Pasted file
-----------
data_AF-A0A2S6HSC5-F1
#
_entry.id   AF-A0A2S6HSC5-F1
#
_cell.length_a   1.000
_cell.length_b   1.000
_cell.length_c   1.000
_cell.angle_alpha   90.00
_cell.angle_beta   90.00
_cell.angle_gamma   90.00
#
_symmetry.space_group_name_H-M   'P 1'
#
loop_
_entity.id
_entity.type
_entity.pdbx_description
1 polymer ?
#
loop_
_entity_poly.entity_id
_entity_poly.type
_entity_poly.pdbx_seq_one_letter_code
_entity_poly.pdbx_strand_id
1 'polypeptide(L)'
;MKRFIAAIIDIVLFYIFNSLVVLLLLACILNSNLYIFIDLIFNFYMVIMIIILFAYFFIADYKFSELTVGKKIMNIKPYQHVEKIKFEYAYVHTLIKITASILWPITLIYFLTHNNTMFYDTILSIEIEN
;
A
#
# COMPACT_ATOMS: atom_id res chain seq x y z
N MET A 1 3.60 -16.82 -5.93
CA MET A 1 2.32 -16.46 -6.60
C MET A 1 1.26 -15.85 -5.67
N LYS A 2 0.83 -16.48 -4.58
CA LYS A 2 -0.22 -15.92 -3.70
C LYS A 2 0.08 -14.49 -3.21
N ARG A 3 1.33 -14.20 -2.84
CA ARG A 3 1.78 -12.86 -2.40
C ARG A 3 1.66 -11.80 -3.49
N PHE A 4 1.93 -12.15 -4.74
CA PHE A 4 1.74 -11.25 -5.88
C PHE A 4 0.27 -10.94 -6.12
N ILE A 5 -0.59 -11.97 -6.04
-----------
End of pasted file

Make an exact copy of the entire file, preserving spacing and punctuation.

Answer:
data_AF-A0A2S6HSC5-F1
#
_entry.id   AF-A0A2S6HSC5-F1
#
_cell.length_a   1.000
_cell.length_b   1.000
_cell.length_c   1.000
_cell.angle_alpha   90.00
_cell.angle_beta   90.00
_cell.angle_gamma   90.00
#
_symmetry.space_group_name_H-M   'P 1'
#
loop_
_entity.id
_entity.type
_entity.pdbx_description
1 polymer ?
#
loop_
_entity_poly.entity_id
_entity_poly.type
_entity_poly.pdbx_seq_one_letter_code
_entity_poly.pdbx_strand_id
1 'polypeptide(L)'
;MKRFIAAIIDIVLFYIFNSLVVLLLLACILNSNLYIFIDLIFNFYMVIMIIILFAYFFIADYKFSELTVGKKIMNIKPYQHVEKIKFEYAYVHTLIKITASILWPITLIYFLTHNNTMFYDTILSIEIEN
;
A
#
# COMPACT_ATOMS: atom_id res chain seq x y z
N MET A 1 3.60 -16.82 -5.93
CA MET A 1 2.32 -16.46 -6.60
C MET A 1 1.26 -15.85 -5.67
N LYS A 2 0.83 -16.48 -4.58
CA LYS A 2 -0.22 -15.92 -3.70
C LYS A 2 0.08 -14.49 -3.21
N ARG A 3 1.33 -14.20 -2.84
CA ARG A 3 1.78 -12.86 -2.40
C ARG A 3 1.66 -11.80 -3.49
N PHE A 4 1.93 -12.15 -4.74
CA PHE A 4 1.74 -11.25 -5.88
C PHE A 4 0.27 -10.94 -6.12
N ILE A 5 -0.59 -11.97 -6.04